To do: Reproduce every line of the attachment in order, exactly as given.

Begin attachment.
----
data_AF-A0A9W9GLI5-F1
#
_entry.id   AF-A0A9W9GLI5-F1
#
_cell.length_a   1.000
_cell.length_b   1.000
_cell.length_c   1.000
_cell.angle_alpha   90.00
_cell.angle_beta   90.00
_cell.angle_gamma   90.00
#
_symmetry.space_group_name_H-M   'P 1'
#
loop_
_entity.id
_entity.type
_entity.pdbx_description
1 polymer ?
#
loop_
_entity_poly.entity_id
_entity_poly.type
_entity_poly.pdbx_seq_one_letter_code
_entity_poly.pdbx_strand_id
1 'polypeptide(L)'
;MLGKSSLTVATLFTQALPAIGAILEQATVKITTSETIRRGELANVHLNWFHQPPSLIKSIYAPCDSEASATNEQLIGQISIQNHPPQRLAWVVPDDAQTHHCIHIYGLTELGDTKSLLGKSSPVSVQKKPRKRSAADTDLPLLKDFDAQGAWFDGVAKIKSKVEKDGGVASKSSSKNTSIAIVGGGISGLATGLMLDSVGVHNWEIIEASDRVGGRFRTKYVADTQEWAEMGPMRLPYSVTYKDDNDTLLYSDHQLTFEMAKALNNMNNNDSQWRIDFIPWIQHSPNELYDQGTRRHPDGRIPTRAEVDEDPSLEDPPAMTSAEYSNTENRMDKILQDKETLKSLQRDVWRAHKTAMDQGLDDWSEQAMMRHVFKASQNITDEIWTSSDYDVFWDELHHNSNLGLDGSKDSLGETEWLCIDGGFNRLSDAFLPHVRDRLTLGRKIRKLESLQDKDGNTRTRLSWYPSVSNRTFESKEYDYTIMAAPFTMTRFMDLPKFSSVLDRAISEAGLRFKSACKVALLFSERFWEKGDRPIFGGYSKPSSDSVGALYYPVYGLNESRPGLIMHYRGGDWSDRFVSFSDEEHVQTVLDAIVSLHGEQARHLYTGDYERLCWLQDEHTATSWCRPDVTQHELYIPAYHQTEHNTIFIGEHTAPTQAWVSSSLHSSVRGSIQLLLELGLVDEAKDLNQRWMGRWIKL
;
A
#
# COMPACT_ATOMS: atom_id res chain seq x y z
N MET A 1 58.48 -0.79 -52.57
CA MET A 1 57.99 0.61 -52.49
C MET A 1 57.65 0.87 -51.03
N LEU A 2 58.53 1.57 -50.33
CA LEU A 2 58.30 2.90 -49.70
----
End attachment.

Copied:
data_AF-A0A9W9GLI5-F1
#
_entry.id   AF-A0A9W9GLI5-F1
#
_cell.length_a   1.000
_cell.length_b   1.000
_cell.length_c   1.000
_cell.angle_alpha   90.00
_cell.angle_beta   90.00
_cell.angle_gamma   90.00
#
_symmetry.space_group_name_H-M   'P 1'
#
loop_
_entity.id
_entity.type
_entity.pdbx_description
1 polymer ?
#
loop_
_entity_poly.entity_id
_entity_poly.type
_entity_poly.pdbx_seq_one_letter_code
_entity_poly.pdbx_strand_id
1 'polypeptide(L)'
;MLGKSSLTVATLFTQALPAIGAILEQATVKITTSETIRRGELANVHLNWFHQPPSLIKSIYAPCDSEASATNEQLIGQISIQNHPPQRLAWVVPDDAQTHHCIHIYGLTELGDTKSLLGKSSPVSVQKKPRKRSAADTDLPLLKDFDAQGAWFDGVAKIKSKVEKDGGVASKSSSKNTSIAIVGGGISGLATGLMLDSVGVHNWEIIEASDRVGGRFRTKYVADTQEWAEMGPMRLPYSVTYKDDNDTLLYSDHQLTFEMAKALNNMNNNDSQWRIDFIPWIQHSPNELYDQGTRRHPDGRIPTRAEVDEDPSLEDPPAMTSAEYSNTENRMDKILQDKETLKSLQRDVWRAHKTAMDQGLDDWSEQAMMRHVFKASQNITDEIWTSSDYDVFWDELHHNSNLGLDGSKDSLGETEWLCIDGGFNRLSDAFLPHVRDRLTLGRKIRKLESLQDKDGNTRTRLSWYPSVSNRTFESKEYDYTIMAAPFTMTRFMDLPKFSSVLDRAISEAGLRFKSACKVALLFSERFWEKGDRPIFGGYSKPSSDSVGALYYPVYGLNESRPGLIMHYRGGDWSDRFVSFSDEEHVQTVLDAIVSLHGEQARHLYTGDYERLCWLQDEHTATSWCRPDVTQHELYIPAYHQTEHNTIFIGEHTAPTQAWVSSSLHSSVRGSIQLLLELGLVDEAKDLNQRWMGRWIKL
;
A
#
# COMPACT_ATOMS: atom_id res chain seq x y z
N MET A 1 58.48 -0.79 -52.57
CA MET A 1 57.99 0.61 -52.49
C MET A 1 57.65 0.87 -51.03
N LEU A 2 58.53 1.57 -50.33
CA LEU A 2 58.30 2.90 -49.70